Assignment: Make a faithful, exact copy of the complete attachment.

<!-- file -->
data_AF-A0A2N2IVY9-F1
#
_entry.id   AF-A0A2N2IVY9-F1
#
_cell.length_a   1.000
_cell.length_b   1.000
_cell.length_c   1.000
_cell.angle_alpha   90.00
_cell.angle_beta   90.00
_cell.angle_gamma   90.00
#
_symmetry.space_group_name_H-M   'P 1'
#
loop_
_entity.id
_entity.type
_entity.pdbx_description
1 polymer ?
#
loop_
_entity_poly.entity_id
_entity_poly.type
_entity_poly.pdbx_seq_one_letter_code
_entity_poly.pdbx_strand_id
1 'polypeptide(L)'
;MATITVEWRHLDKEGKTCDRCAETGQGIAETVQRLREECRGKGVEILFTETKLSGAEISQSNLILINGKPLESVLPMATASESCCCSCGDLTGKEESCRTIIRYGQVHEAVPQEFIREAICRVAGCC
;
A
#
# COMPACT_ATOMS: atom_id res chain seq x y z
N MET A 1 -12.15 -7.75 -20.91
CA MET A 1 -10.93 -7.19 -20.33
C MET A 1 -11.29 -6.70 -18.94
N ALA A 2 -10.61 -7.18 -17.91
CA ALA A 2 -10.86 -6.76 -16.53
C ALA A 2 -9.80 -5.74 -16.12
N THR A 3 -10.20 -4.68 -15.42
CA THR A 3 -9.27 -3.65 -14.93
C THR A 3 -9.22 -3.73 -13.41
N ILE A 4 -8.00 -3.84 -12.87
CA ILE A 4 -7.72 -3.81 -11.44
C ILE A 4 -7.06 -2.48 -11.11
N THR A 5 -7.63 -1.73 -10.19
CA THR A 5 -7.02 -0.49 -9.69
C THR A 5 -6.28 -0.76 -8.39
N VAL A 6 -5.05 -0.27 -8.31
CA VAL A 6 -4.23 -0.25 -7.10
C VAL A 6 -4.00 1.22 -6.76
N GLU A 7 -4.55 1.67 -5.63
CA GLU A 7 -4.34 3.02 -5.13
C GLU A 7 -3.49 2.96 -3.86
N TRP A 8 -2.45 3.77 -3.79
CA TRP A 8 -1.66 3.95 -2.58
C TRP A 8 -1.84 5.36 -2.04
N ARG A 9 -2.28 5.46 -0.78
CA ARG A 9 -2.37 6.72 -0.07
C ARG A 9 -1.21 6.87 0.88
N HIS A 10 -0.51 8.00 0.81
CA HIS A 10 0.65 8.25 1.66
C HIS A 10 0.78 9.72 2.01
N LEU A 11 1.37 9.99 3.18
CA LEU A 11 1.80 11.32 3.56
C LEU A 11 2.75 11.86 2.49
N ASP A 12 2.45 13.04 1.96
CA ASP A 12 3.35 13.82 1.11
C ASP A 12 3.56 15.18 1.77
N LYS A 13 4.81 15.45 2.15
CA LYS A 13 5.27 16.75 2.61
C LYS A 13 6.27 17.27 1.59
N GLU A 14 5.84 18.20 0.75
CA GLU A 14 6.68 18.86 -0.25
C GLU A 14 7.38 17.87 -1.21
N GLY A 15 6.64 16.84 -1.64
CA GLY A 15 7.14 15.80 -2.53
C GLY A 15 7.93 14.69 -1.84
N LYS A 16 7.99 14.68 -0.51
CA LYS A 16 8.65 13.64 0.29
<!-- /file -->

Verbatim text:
data_AF-A0A2N2IVY9-F1
#
_entry.id   AF-A0A2N2IVY9-F1
#
_cell.length_a   1.000
_cell.length_b   1.000
_cell.length_c   1.000
_cell.angle_alpha   90.00
_cell.angle_beta   90.00
_cell.angle_gamma   90.00
#
_symmetry.space_group_name_H-M   'P 1'
#
loop_
_entity.id
_entity.type
_entity.pdbx_description
1 polymer ?
#
loop_
_entity_poly.entity_id
_entity_poly.type
_entity_poly.pdbx_seq_one_letter_code
_entity_poly.pdbx_strand_id
1 'polypeptide(L)'
;MATITVEWRHLDKEGKTCDRCAETGQGIAETVQRLREECRGKGVEILFTETKLSGAEISQSNLILINGKPLESVLPMATASESCCCSCGDLTGKEESCRTIIRYGQVHEAVPQEFIREAICRVAGCC
;
A
#
# COMPACT_ATOMS: atom_id res chain seq x y z
N MET A 1 -12.15 -7.75 -20.91
CA MET A 1 -10.93 -7.19 -20.33
C MET A 1 -11.29 -6.70 -18.94
N ALA A 2 -10.61 -7.18 -17.91
CA ALA A 2 -10.86 -6.76 -16.53
C ALA A 2 -9.80 -5.74 -16.12
N THR A 3 -10.20 -4.68 -15.42
CA THR A 3 -9.27 -3.65 -14.93
C THR A 3 -9.22 -3.73 -13.41
N ILE A 4 -8.00 -3.84 -12.87
CA ILE A 4 -7.72 -3.81 -11.44
C ILE A 4 -7.06 -2.48 -11.11
N THR A 5 -7.63 -1.73 -10.19
CA THR A 5 -7.02 -0.49 -9.69
C THR A 5 -6.28 -0.76 -8.39
N VAL A 6 -5.05 -0.27 -8.31
CA VAL A 6 -4.23 -0.25 -7.10
C VAL A 6 -4.00 1.22 -6.76
N GLU A 7 -4.55 1.67 -5.63
CA GLU A 7 -4.34 3.02 -5.13
C GLU A 7 -3.49 2.96 -3.86
N TRP A 8 -2.45 3.77 -3.79
CA TRP A 8 -1.66 3.95 -2.58
C TRP A 8 -1.84 5.36 -2.04
N ARG A 9 -2.28 5.46 -0.78
CA ARG A 9 -2.37 6.72 -0.07
C ARG A 9 -1.21 6.87 0.88
N HIS A 10 -0.51 8.00 0.81
CA HIS A 10 0.65 8.25 1.66
C HIS A 10 0.78 9.72 2.01
N LEU A 11 1.37 9.99 3.18
CA LEU A 11 1.80 11.32 3.56
C LEU A 11 2.75 11.86 2.49
N ASP A 12 2.45 13.04 1.96
CA ASP A 12 3.35 13.82 1.11
C ASP A 12 3.56 15.18 1.77
N LYS A 13 4.81 15.45 2.15
CA LYS A 13 5.27 16.75 2.61
C LYS A 13 6.27 17.27 1.59
N GLU A 14 5.84 18.20 0.75
CA GLU A 14 6.68 18.86 -0.25
C GLU A 14 7.38 17.87 -1.21
N GLY A 15 6.64 16.84 -1.64
CA GLY A 15 7.14 15.80 -2.53
C GLY A 15 7.93 14.69 -1.84
N LYS A 16 7.99 14.68 -0.51
CA LYS A 16 8.65 13.64 0.29